Basically the controller has to be seeing like a guard closing a gate when he receives the information to do it.  Each time the gate is closed the high pressure build up on the clutch actuator and the clutch squeezes harder according to how much the gate is closed. The problem in the stock configuration is that the informations that are sent to that guard are first: always a little bit late and second: unclear about how much the gate should be closed. Even if all the control modules and various sensors work relatively fast, it involves a small delay that is perceptible to the driver. The best example is felt on hard launch. There is a kind of “neck breaking wave” that is felt into the car. The more powerful the car is, the more you feel it into the car. That is happening because the guard never know how fast he has to close the gate and how much it should be kept open or close.

*When you swap for an aftermarket controller-

With aftermarket controller these situations are interpreted differently depending on the mapping the controller received.  The gate may close faster and may be closed completely each time. Therefore, you never know how much and fast exactly this is happening. Therefore, with an aftermarket controller, you still benefit with the possibility for the gate to remains open in various situations depending again on the mapping the ECU you have.

*The Powertrack Insert difference-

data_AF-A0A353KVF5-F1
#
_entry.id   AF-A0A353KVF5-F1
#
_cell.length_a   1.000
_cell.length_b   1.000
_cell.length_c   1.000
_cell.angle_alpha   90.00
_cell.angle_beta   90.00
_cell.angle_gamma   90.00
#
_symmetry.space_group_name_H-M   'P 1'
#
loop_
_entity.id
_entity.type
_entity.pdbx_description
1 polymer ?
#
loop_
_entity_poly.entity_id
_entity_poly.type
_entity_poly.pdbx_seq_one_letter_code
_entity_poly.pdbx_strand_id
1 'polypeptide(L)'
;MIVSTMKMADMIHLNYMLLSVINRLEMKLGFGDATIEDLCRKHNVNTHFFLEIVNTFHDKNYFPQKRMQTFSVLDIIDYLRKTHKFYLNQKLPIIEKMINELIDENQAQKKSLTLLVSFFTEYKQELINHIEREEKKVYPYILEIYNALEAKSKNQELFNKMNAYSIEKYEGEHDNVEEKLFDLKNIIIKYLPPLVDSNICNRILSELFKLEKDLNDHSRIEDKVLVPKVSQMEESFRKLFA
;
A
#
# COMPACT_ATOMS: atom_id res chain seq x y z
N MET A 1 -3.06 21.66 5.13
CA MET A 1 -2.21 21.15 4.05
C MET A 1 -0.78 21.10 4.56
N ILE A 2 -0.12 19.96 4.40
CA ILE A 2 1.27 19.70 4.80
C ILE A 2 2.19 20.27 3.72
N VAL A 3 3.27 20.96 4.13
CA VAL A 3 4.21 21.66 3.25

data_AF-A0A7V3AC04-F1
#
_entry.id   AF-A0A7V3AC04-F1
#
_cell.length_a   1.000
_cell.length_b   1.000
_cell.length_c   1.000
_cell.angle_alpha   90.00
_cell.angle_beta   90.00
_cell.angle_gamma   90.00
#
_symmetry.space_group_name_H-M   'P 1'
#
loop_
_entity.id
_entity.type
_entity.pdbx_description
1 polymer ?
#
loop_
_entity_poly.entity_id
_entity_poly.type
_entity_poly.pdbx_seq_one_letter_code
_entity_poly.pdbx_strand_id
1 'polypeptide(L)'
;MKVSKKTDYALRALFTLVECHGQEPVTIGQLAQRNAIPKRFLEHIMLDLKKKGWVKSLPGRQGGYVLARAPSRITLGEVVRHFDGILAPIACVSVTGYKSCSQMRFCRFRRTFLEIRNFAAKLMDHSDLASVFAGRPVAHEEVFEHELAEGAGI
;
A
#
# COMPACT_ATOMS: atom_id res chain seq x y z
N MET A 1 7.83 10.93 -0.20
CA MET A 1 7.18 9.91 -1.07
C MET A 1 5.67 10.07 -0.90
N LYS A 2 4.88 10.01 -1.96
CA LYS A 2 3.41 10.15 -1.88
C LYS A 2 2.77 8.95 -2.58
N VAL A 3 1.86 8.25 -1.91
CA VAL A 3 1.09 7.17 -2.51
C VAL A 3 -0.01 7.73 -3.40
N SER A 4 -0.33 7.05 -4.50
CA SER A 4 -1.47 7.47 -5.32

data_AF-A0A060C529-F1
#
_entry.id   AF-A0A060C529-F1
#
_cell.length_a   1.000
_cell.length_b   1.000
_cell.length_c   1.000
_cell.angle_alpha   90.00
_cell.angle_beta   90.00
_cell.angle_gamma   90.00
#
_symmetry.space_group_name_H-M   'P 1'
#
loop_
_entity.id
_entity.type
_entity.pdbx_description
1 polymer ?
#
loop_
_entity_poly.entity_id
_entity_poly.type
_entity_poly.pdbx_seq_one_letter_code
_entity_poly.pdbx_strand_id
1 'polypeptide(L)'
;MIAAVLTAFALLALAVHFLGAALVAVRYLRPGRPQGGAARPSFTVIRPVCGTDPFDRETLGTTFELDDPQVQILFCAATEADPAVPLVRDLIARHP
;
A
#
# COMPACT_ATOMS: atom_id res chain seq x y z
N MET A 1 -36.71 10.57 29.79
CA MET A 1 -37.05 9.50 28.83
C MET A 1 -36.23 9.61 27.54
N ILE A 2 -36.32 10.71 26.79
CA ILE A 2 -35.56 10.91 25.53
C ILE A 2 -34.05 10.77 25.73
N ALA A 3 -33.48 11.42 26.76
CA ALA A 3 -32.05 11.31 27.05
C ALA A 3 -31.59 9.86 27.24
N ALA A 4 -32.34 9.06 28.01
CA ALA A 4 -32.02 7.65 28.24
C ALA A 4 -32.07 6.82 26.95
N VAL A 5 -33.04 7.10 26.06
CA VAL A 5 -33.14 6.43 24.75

The Powertrack Insert while being a completely mechanical device will allow your system electronics to work completely without sending any malfunction light. Using that device you still have that guard opening and closing the gate therefore there is a major restriction at the gate that keeps the pressure at the highest acceptable when needed. It is important to know that high operated pressure doesn’t means over pressure. The Haldex unit has built-in series of hydraulic valves to regulate and control inside hydraulic pressure. The unit while being controlled by electrical device for a smoother operation to the “grand public” should be known also as a state of the art mechanical assembly that doesn’t need any electronics to work properly. That is why with the Powertrack Insert, for those who are swapping rear axle to build AWD cars, you don’t need any current at the controller and swapped in electronics. Only the pre-charge pump needs to be wired to a 12V source and “GO”.

*Mechanical replacement controller unit.

You can find also on the market some mechanical replacement for Haldex controller. They will work for sure. Therefore while it’s been talked somewhere they make rear traction adjustable, you should be aware that intermediate pressure positions are dangerous for your system. While they happen on a stock configuration, they only occur to smooth out operations of the clutch engagement and are not continuous conditions. By maintaining an intermediate pressure condition on the clutch pack while requesting lots of rear traction like hard launch from stop or low speed corner exit followed by a full throttle repeatedly, you get the best way to prematurely wear the clutch pack and eventually make it fails. Also, that kind of system won’t support any electrical function. It may also be a choice for complete rear axle swap mechanically operated.